The government has promised to give teenage soldiers the right to leave the armed forces up until the age of 18. Currently, forces personnel aged 16 or 17 have no right to leave (after their first six months) until they turn 22.
This announcement has been welcomed by Forces Watch, a network concerned with ethical issues involving the armed forces, and other human rights groups.
Among those who lobbied for the change were, as reported by Ekklesia, Quakers in Britain.
Forces Watch said they will be watching closely as the details are published to ensure that the law is changed in both letter and spirit.
The Minister for Defence Personnel, Andrew Robothan MP, announced the policy yesterday (19 May).
In a statement to the Armed Forces Bill Committee, he wrote, "Following a review of discharge policy I am pleased to announce that, for those under the age of 18, the ability to be discharged will in future be a right up to the age of 18, subject to an appropriate period of consideration or cooling off."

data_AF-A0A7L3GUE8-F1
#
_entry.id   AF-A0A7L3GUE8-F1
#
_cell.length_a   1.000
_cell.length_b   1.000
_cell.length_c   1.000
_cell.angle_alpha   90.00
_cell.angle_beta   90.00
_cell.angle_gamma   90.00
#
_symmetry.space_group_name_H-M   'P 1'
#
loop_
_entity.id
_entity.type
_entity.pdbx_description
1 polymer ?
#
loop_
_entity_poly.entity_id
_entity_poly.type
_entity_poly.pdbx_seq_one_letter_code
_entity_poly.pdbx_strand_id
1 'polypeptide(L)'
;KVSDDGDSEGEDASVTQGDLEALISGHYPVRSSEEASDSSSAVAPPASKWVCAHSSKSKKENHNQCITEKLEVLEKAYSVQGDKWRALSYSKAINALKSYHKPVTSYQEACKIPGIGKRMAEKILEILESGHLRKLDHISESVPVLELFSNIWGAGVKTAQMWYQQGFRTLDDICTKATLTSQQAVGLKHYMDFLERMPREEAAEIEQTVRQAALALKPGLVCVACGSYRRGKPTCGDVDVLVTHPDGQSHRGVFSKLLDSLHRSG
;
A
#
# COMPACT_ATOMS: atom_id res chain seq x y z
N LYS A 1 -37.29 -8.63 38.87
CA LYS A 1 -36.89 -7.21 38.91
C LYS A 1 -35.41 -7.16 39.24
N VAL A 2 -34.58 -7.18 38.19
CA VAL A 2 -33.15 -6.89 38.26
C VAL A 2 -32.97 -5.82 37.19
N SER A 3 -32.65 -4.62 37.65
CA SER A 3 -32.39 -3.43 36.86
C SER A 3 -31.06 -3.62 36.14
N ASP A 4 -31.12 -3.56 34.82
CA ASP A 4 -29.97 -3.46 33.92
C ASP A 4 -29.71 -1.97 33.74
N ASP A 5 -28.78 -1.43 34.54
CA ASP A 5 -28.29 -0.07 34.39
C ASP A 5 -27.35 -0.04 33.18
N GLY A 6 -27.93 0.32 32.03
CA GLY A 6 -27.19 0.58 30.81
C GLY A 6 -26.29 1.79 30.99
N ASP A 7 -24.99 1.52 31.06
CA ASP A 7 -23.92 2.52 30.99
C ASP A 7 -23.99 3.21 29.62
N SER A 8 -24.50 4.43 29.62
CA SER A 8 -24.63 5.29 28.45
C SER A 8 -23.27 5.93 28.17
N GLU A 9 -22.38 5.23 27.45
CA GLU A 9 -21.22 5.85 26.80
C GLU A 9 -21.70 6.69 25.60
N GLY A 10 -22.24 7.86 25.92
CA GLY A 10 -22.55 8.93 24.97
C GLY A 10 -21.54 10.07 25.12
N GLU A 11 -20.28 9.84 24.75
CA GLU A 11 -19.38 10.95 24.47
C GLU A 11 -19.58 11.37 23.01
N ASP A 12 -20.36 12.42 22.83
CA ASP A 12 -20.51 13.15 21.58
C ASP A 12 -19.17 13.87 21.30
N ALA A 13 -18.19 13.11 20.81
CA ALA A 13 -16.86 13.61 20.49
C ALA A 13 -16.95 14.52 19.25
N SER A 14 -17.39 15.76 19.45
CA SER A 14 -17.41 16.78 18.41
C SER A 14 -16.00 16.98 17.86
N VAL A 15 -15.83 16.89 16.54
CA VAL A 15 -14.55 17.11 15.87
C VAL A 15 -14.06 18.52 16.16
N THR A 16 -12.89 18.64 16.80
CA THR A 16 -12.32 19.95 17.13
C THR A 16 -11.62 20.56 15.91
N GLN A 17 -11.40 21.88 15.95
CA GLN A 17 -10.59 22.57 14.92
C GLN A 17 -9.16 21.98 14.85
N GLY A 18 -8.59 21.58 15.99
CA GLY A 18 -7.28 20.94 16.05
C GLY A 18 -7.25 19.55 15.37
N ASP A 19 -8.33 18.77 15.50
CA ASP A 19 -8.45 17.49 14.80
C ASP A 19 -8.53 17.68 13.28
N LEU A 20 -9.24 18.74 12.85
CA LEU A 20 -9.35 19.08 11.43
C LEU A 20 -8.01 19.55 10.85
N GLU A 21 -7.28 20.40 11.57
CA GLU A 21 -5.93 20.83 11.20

While personnel under 18 are allowed to request discharge if they are "genuinely unhappy", the decision is dependent on the discretion of the commanding officer in question. The legal change will for the first time allow them to leave as of right.
The UK is the only country in Europe to routinely recruit people aged under 18 into the armed forces.
"We are delighted that the government has recognised the injustice of the six-year trap, which forces 16- and 17-year olds to remain in the military until turning 22," said Emma Sangster, Co-ordinator of Forces Watch.
"We will be watching closely to ensure that this change is brought in as quickly as possible when the details are published," she explained.
Sangster insisted that "more needs to be done to address concerns about under-18s in the armed forces".
Last week the Chair of the UN Committee on the Rights of the Child called for reform of recruitment of under-18s into the armed forces during a presentation in the House of Lords. This was echoed by this week's report from Parliament's Joint Committee on Human Rights.